Drip, drip.

I don’t know what I’m looking at.

I’m paralyzed by a face I don’t know. Alabaster skin with no glow. Dark circles that are intensified by the pale contrast of the skin. I can see dark streaks running from lash to jaw line, the end of a marathon run by tears. The lips are cracked and dry, set lowly on the face in a diseased version of a smile. I run my tongue over my lips. This stranger’s face does the same.

Scanning the image before me, I hitch a breath and look into the eyes.

Drip, drip.

It’s me.

Drip, drip.

Turning my back to the wall, I wretch in a sob and slide to the floor. My brow starts to twitch, so I carelessly rub my finger across it. Keeping my hand on my forehead, I let it shadow my face. I welcome the darkness that single gesture offers, and consider myself disguised.

I cry. The tears start slowly at first, and I utter no sound after the true depth of my personal hell surfaces. A single, fat drop forms in the corner of my eye and circles the lower lashes before streaming down my cheek to follow in the footsteps of the previous marathon runners.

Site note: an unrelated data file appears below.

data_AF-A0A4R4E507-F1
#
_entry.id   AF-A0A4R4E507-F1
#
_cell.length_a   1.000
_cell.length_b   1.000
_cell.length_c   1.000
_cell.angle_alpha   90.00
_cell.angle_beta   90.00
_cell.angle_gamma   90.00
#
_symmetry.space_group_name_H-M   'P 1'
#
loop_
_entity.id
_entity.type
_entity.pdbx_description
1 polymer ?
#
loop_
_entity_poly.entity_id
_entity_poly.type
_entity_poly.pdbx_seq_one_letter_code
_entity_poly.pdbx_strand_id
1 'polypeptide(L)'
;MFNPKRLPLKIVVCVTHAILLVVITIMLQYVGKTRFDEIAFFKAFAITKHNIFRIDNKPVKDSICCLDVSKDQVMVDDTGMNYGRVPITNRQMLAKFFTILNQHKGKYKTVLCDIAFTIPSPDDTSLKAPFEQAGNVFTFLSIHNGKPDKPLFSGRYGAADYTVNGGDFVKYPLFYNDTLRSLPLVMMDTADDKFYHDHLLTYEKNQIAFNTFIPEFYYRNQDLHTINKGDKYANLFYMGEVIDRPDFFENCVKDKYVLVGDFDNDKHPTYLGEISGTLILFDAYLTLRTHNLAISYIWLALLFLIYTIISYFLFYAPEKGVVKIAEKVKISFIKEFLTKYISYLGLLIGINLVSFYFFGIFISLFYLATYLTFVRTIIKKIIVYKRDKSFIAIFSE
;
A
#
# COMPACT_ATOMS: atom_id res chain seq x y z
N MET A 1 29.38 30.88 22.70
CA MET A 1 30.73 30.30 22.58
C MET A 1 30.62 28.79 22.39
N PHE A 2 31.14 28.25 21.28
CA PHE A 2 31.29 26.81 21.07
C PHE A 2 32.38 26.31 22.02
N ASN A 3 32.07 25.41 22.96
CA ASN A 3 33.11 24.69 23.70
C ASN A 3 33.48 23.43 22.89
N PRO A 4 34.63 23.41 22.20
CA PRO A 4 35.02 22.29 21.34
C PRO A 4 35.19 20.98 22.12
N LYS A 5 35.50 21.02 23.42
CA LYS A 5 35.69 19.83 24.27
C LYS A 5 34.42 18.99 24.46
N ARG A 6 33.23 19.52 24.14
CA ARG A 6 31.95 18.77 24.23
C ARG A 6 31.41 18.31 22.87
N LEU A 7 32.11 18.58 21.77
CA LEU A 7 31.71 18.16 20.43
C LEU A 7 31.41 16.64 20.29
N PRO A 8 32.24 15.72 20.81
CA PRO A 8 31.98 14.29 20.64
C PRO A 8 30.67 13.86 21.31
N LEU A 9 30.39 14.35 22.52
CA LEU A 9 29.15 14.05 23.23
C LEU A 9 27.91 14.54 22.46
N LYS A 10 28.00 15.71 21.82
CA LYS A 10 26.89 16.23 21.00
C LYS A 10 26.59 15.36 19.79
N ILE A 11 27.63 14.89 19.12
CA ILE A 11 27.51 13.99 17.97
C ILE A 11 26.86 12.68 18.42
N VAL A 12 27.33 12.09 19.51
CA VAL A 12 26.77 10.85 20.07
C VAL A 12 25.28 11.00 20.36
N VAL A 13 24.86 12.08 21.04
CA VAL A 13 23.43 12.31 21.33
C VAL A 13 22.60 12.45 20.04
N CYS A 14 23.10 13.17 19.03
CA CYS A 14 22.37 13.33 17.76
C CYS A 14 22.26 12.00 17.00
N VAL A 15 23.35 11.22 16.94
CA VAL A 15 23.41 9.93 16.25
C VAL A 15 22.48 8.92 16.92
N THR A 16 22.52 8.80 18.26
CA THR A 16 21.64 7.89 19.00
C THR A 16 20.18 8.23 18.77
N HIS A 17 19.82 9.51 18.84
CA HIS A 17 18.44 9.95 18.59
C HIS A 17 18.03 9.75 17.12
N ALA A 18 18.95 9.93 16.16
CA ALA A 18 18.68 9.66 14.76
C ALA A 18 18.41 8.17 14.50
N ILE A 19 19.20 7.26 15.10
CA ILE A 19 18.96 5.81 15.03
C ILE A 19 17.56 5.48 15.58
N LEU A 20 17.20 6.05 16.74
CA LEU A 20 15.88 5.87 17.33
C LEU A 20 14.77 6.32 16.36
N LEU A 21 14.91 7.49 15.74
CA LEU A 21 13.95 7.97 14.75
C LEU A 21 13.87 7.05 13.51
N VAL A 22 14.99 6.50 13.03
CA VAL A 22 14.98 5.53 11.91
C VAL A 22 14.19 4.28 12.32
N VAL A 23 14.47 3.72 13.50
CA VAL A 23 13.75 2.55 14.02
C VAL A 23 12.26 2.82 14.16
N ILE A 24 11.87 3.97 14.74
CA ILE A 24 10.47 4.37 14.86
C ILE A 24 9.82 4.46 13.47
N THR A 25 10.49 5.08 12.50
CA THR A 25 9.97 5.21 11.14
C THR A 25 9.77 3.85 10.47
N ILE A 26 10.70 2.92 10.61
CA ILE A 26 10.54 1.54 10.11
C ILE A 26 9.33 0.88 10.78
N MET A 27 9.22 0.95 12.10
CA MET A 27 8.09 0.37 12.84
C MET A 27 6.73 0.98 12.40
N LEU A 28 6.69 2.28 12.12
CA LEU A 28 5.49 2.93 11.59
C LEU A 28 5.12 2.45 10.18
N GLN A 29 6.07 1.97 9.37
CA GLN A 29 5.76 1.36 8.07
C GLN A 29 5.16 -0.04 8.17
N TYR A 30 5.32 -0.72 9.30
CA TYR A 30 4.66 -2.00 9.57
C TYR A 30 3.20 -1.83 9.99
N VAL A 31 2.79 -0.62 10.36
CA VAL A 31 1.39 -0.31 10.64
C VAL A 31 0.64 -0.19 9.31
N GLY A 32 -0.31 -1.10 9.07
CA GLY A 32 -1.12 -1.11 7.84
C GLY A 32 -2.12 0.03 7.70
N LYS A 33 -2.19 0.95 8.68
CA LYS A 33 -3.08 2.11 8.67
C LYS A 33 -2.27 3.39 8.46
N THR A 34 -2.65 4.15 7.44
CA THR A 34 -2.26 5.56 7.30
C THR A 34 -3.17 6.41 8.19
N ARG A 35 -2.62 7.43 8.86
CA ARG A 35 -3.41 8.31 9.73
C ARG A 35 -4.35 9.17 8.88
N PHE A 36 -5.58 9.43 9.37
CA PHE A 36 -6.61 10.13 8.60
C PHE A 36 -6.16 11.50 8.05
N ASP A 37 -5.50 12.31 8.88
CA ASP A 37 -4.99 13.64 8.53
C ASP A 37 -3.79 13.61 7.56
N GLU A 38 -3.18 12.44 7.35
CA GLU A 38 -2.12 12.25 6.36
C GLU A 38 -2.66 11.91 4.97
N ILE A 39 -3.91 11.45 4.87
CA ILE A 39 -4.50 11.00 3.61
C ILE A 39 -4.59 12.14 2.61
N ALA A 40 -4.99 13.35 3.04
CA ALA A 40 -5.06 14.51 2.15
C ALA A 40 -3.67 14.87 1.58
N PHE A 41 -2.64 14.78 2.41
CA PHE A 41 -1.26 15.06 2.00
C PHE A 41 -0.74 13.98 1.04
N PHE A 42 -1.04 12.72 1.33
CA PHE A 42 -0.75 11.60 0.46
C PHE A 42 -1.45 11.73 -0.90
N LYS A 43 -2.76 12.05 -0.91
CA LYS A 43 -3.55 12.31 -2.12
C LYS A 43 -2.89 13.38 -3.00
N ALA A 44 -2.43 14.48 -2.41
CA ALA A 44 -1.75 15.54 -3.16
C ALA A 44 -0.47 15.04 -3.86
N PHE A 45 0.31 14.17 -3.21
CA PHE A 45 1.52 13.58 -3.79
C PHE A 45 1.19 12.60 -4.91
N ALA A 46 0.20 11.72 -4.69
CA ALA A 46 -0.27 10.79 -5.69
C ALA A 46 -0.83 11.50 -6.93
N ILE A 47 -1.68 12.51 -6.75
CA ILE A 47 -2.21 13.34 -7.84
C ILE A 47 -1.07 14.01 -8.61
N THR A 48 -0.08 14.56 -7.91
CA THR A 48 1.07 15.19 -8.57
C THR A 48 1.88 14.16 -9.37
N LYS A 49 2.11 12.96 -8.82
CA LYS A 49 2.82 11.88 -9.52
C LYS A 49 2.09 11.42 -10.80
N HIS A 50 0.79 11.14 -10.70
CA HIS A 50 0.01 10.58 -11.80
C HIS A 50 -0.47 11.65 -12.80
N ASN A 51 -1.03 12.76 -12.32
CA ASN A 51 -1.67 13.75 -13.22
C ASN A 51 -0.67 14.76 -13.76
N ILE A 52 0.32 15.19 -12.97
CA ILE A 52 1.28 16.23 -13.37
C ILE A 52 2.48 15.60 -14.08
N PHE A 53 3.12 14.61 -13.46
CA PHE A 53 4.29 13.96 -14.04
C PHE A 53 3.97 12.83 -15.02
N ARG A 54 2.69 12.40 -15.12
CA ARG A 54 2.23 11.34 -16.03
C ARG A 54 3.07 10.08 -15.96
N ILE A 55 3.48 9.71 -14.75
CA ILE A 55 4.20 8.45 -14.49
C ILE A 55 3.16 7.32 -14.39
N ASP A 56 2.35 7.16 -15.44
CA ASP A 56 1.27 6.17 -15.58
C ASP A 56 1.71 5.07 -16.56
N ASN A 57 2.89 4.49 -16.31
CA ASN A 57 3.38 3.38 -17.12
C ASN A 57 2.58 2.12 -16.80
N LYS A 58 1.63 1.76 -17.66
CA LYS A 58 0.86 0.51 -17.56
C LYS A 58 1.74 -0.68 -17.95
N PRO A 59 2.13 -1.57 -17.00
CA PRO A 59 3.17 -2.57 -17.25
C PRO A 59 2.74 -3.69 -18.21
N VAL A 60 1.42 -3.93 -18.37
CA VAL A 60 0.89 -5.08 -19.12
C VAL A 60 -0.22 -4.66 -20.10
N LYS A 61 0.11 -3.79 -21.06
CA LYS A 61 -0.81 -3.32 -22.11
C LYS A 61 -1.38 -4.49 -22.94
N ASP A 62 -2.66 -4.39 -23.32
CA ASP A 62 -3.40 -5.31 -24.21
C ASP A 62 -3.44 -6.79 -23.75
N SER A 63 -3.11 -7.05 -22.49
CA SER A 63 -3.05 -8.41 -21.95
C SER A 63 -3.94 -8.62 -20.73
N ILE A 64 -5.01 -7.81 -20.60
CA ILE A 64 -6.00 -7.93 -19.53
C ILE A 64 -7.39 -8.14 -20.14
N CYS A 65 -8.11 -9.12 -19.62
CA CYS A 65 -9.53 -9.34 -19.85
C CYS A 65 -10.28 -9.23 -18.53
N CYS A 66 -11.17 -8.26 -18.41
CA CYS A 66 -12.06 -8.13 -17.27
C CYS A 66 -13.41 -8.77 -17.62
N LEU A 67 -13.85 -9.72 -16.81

That single drop gave license to my mind to allow many others to follow. I tip my head back and feel the weight of them as they snake down my face in small rivers. These may be the last minutes of my life, and I’m alone.

The faucet stops.

There Is Hope

by: Ned Wicker

Dear Keri,
The loneliness and despair of your situation can sometimes feel overwhelming, but there is always hope.

You have shared that “to be an intelligent, informed, and self aware drug addict is horrible,” but can it be that one’s own intelligence can get in the way of someone wanting to love you?

You have no answers that you can accept, because you can’t put the pieces together. Your own intellect denies it. Self awareness is key to unlocking what hurts, and addicts in treatment and recovery have an opportunity to know themselves in a very spiritual and significant way.

Are you that aware of self? You may not believe in God, but he does believe in you and he loves you. There’s nothing you can do about that, other than to accept His love or reject it. God offers you life.

Go into treatment, let the professional people help you. Let them love you. The answers are there for you. You need that love and support. Get help and allow the healing to begin.